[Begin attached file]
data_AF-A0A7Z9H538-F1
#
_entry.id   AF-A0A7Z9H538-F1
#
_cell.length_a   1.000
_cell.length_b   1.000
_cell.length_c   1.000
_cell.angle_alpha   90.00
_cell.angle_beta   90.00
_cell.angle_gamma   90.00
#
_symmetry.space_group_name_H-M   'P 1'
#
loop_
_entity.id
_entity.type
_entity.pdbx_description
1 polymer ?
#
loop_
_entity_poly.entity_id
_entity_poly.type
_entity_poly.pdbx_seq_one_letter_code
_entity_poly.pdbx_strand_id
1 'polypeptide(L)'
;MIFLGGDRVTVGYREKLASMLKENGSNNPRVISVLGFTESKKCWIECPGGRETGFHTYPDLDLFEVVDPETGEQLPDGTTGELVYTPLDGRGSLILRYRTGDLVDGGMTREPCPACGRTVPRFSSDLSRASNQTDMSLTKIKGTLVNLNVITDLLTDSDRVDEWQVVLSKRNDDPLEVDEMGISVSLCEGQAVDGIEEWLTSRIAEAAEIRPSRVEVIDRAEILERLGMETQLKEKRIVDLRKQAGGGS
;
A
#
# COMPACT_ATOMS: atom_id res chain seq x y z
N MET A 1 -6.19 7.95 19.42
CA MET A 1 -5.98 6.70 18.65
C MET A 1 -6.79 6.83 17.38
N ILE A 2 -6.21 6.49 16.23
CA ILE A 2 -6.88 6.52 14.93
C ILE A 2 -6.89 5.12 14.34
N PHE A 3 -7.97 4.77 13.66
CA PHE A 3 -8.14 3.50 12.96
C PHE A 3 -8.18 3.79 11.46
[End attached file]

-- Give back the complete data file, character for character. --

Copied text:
data_AF-A0A7Z9H538-F1
#
_entry.id   AF-A0A7Z9H538-F1
#
_cell.length_a   1.000
_cell.length_b   1.000
_cell.length_c   1.000
_cell.angle_alpha   90.00
_cell.angle_beta   90.00
_cell.angle_gamma   90.00
#
_symmetry.space_group_name_H-M   'P 1'
#
loop_
_entity.id
_entity.type
_entity.pdbx_description
1 polymer ?
#
loop_
_entity_poly.entity_id
_entity_poly.type
_entity_poly.pdbx_seq_one_letter_code
_entity_poly.pdbx_strand_id
1 'polypeptide(L)'
;MIFLGGDRVTVGYREKLASMLKENGSNNPRVISVLGFTESKKCWIECPGGRETGFHTYPDLDLFEVVDPETGEQLPDGTTGELVYTPLDGRGSLILRYRTGDLVDGGMTREPCPACGRTVPRFSSDLSRASNQTDMSLTKIKGTLVNLNVITDLLTDSDRVDEWQVVLSKRNDDPLEVDEMGISVSLCEGQAVDGIEEWLTSRIAEAAEIRPSRVEVIDRAEILERLGMETQLKEKRIVDLRKQAGGGS
;
A
#
# COMPACT_ATOMS: atom_id res chain seq x y z
N MET A 1 -6.19 7.95 19.42
CA MET A 1 -5.98 6.70 18.65
C MET A 1 -6.79 6.83 17.38
N ILE A 2 -6.21 6.49 16.23
CA ILE A 2 -6.88 6.52 14.93
C ILE A 2 -6.89 5.12 14.34
N PHE A 3 -7.97 4.77 13.66
CA PHE A 3 -8.14 3.50 12.96
C PHE A 3 -8.18 3.79 11.46